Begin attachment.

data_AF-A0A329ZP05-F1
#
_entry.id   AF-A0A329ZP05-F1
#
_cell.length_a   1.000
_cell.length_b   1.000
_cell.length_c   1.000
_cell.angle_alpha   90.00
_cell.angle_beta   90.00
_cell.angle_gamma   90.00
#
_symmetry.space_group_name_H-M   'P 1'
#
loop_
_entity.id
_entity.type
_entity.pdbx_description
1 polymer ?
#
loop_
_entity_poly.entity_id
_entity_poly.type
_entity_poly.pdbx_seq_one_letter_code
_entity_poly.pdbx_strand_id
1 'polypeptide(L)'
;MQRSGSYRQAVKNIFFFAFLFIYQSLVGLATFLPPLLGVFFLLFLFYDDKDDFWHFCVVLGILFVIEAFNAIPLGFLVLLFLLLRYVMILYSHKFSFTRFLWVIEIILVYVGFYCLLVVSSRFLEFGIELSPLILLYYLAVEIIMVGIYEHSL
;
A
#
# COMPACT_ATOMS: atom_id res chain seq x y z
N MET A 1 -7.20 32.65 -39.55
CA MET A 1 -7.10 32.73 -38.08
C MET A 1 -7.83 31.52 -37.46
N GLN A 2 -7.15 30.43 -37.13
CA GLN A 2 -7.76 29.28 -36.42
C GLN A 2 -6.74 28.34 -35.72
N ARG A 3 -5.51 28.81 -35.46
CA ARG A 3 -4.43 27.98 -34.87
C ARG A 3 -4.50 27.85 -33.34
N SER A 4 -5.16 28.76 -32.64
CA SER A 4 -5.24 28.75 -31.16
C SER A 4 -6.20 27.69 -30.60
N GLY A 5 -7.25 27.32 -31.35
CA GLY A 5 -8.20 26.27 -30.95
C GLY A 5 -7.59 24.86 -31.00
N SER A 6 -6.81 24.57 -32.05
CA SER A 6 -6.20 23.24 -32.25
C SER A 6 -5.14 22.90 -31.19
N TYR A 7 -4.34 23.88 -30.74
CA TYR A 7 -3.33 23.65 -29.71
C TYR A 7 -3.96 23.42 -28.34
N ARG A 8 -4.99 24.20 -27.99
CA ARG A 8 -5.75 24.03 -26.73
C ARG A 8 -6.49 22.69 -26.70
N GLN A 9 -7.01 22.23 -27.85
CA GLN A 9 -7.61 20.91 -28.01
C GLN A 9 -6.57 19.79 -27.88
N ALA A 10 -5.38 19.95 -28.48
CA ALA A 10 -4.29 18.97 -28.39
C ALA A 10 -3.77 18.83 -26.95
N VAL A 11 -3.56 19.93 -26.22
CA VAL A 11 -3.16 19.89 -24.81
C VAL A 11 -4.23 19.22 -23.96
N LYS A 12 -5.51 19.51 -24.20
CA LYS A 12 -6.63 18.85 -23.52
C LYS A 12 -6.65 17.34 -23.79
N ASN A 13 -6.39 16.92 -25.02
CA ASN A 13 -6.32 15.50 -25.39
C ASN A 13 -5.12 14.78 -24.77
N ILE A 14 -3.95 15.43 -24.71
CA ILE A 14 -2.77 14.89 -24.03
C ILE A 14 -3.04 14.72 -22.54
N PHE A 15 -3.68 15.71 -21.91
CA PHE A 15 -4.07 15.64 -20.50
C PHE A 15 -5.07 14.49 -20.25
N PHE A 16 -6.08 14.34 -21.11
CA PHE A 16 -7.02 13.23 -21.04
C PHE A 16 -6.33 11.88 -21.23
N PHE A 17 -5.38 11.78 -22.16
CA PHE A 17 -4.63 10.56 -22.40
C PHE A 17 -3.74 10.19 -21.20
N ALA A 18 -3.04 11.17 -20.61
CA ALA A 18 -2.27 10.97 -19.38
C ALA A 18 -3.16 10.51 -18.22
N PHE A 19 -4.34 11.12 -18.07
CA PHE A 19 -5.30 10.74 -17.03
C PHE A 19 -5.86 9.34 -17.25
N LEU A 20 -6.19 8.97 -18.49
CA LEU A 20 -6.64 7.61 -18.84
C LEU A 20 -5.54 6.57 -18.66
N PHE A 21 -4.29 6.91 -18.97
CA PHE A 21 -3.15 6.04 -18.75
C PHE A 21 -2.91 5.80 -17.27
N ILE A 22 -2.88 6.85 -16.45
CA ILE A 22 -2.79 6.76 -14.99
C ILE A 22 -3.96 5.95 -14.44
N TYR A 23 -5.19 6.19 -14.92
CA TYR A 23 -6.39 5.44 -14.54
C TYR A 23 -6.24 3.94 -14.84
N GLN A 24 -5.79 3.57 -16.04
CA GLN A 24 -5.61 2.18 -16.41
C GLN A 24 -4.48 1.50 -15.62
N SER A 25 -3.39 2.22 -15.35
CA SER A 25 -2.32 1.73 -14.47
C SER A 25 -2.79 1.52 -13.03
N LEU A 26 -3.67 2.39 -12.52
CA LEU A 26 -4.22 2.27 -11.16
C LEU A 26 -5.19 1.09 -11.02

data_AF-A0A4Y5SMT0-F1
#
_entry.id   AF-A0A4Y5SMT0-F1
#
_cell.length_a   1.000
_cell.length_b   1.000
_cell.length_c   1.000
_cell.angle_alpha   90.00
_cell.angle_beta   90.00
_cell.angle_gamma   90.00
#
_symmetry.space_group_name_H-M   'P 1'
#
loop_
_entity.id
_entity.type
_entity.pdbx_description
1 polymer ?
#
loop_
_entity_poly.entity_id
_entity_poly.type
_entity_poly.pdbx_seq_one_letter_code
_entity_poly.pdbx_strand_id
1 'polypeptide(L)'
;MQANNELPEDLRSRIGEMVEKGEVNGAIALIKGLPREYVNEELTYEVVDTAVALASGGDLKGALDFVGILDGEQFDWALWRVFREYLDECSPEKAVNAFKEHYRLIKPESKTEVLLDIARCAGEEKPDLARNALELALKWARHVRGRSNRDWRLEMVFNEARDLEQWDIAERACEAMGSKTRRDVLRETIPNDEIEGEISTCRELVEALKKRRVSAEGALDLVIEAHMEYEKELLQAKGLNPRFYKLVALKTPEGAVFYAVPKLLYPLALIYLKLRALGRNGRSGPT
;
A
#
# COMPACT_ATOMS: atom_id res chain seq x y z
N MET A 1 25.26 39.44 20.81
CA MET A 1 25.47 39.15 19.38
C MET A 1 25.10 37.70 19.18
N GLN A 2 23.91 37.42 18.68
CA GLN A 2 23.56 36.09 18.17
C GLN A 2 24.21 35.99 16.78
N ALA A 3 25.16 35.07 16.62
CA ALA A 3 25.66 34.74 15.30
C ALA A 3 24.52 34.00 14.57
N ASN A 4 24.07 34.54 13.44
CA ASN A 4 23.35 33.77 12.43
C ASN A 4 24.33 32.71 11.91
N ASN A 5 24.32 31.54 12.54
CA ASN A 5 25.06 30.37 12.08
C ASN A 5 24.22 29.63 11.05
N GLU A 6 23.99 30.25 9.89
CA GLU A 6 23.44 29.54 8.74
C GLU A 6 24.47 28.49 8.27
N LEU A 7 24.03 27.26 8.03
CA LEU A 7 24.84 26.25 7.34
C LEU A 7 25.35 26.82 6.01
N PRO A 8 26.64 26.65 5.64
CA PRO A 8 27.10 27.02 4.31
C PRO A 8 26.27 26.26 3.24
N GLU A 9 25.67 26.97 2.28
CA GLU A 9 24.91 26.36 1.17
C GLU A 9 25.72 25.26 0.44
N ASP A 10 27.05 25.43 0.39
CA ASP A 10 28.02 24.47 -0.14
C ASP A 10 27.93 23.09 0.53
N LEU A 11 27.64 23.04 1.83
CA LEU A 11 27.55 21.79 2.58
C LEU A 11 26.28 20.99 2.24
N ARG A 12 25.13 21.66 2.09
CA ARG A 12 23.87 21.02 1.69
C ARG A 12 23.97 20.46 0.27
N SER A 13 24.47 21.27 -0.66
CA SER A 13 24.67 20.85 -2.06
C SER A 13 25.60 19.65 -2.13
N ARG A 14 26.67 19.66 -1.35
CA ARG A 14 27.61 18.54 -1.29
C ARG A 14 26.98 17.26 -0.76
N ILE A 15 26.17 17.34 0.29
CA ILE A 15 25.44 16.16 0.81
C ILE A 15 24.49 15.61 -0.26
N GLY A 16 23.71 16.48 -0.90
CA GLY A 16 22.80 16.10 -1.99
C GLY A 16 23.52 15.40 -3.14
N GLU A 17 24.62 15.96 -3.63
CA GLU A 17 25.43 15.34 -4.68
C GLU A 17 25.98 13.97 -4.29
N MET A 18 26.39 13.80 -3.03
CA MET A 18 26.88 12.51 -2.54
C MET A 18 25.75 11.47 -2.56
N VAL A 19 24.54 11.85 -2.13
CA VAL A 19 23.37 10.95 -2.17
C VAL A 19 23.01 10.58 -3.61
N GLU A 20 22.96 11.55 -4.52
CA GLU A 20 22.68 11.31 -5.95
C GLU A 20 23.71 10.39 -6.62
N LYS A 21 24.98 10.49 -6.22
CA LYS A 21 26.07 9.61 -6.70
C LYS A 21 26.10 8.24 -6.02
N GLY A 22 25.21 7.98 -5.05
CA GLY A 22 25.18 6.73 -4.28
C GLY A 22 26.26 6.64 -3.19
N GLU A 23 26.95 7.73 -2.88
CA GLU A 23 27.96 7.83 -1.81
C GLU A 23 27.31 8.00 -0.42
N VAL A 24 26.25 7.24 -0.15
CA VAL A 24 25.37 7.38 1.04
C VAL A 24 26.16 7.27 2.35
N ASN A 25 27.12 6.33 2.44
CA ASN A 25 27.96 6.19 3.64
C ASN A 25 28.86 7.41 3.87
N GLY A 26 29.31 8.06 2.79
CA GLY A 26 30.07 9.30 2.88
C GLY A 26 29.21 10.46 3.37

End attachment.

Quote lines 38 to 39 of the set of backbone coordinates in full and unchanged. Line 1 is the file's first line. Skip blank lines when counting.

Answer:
CA ARG A 3 -4.43 27.98 -34.87
C ARG A 3 -4.50 27.85 -33.34